To explore potential biomarkers of synaptic dysfunction in Parkinson’s, the team measured the levels of 15 synaptic proteins in the CSF collected from 51 adults with the neurodegenerative disease.

As a comparison, patients with conditions that have Parkinson’s-like features, referred to as atypical parkinsonism, also were enrolled. This group included 31 people diagnosed with multiple system atrophy (MSA), 22 with progressive supranuclear palsy (PSP), and 11 with corticobasal degeneration (CBD). A group of 48 healthy participants was included as controls.

CSF analysis revealed the level of the synaptic protein NPTX2, part of the neuronal pentraxin family (NPT), was significantly lower in people with Parkinson’s compared with controls — a result also found in those with CBD.

Among MSA and PSP patients, neurogranin synaptic protein and all three pentraxins — called NPTX1, NPTX2, and NPTXR — were present at significantly lower levels compared with the healthy group.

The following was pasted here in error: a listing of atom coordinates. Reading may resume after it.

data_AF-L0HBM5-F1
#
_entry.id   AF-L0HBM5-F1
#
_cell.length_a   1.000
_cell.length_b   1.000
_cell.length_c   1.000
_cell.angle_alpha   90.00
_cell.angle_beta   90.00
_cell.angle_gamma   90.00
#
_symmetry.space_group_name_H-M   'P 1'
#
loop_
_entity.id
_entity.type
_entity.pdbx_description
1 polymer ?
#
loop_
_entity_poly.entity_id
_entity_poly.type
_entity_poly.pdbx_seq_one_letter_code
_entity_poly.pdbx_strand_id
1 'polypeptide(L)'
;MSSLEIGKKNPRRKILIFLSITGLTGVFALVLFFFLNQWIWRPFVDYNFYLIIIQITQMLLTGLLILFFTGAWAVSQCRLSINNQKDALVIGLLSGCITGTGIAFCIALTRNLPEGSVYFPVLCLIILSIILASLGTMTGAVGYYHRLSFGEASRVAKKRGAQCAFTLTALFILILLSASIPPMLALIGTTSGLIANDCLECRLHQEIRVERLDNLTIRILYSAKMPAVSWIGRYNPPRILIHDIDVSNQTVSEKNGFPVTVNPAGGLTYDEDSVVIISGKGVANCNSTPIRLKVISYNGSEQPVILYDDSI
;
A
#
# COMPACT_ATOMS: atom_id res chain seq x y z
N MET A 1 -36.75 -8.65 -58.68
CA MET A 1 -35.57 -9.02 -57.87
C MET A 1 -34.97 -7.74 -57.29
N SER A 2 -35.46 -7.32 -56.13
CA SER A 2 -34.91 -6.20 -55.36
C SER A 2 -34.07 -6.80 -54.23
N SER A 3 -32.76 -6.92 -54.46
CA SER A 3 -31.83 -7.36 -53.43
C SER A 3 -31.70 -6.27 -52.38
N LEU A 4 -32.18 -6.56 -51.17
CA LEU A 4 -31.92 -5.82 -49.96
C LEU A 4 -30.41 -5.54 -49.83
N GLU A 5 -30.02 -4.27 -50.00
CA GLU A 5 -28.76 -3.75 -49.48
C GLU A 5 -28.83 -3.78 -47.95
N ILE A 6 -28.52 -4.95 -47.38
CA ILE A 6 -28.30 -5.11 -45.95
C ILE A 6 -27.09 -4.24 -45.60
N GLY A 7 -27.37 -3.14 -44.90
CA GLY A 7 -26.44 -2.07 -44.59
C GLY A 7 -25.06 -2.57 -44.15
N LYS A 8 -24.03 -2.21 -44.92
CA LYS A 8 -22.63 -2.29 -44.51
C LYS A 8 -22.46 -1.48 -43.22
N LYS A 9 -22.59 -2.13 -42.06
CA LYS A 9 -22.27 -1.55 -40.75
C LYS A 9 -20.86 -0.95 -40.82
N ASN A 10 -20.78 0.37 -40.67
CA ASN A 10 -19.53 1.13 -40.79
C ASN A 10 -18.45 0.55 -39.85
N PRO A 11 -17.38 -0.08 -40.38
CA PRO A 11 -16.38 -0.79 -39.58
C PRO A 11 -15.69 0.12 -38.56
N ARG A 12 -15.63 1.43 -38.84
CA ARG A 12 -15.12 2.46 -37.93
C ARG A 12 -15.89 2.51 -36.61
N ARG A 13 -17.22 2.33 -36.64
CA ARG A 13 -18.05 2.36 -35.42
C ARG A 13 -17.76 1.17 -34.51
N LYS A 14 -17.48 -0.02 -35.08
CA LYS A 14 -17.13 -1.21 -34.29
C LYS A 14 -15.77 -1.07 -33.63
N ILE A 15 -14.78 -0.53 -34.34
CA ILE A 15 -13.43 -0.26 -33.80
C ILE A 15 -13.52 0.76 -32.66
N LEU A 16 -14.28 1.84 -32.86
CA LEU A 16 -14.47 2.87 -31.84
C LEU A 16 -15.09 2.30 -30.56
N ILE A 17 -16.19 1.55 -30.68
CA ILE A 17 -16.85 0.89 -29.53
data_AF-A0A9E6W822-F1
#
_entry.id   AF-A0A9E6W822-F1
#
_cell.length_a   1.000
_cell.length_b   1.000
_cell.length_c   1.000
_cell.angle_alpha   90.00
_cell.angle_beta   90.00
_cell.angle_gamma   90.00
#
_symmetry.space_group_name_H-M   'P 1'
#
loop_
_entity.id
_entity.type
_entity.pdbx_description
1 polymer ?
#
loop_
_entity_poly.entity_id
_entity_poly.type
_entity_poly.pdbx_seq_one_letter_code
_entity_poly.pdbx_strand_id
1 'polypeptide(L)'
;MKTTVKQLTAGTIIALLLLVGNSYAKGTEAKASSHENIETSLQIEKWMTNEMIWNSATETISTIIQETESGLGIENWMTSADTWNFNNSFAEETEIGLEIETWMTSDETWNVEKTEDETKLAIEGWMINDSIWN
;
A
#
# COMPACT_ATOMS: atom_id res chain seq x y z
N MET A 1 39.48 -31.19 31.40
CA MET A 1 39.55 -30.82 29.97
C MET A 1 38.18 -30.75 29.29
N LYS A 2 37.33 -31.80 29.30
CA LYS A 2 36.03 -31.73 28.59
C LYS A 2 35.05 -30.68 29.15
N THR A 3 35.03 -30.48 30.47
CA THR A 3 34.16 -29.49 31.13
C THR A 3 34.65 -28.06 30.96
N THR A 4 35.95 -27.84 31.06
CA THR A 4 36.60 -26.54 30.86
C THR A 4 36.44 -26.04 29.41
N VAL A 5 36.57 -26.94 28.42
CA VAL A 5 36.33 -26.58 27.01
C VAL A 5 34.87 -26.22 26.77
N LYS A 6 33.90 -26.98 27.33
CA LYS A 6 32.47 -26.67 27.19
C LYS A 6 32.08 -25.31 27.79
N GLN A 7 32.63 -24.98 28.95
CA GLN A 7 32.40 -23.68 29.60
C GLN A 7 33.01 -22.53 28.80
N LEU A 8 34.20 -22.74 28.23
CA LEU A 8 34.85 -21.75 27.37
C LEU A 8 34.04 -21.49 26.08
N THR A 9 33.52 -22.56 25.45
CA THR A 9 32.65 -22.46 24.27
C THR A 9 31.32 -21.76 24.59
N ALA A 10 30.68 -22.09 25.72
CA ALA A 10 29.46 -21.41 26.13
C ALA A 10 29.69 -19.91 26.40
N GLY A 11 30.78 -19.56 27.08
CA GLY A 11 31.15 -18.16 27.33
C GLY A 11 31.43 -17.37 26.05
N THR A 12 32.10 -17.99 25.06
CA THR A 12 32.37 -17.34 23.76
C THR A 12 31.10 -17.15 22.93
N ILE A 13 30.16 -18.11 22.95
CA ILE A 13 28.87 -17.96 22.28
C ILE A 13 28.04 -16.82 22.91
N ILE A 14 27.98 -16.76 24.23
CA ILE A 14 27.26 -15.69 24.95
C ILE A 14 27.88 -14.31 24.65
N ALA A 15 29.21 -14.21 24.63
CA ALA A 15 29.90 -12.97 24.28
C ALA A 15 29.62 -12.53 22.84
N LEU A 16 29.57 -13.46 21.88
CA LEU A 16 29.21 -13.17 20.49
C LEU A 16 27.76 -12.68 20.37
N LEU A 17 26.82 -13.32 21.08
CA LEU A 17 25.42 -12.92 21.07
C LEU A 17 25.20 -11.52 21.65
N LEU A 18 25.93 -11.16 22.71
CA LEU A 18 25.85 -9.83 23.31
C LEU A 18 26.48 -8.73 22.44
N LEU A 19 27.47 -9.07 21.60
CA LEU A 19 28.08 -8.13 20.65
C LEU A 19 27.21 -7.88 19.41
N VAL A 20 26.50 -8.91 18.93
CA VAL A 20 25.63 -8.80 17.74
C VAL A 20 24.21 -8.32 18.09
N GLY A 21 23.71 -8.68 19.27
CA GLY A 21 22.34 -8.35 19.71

To confirm these findings, CSF samples from a second group of patients were assessed. This group included 95 individuals diagnosed with Parkinson’s, 26 with MSA, 22 with PSP, and three with CBD. A group of 23 adults with Alzheimer’s disease also was tested to determine whether the CSF profiles in Parkinson’s-related conditions differed from Alzheimer’s, according to the researchers.

Similarly, NPTX2 and NPTXR levels were significantly lower in Parkinson’s, MSA, and PSP patients, compared with controls. Low NPTX2 and NPTXR also were found in the Alzheimer’s group, while low NPTX1 was only seen in samples from PSP patients.

Higher CSF neurogranin levels were found in Alzheimer’s patients versus those with Parkinson’s, PSP, and MSA. A similar patternalso was observed for the proteins beta- and gamma-synuclein and 14-3-3 zeta/delta. No correlation between the use of Parkinon’s-related medications and synaptic protein levels was observed.Statistical analysis found NPTX2 levels best discriminated between patients with parkinsonism from controls and Alzheimer’s patients, whereas 14-3-3 zeta/delta levels best discriminated between parkinsonian patients and Alzheimer’s patients.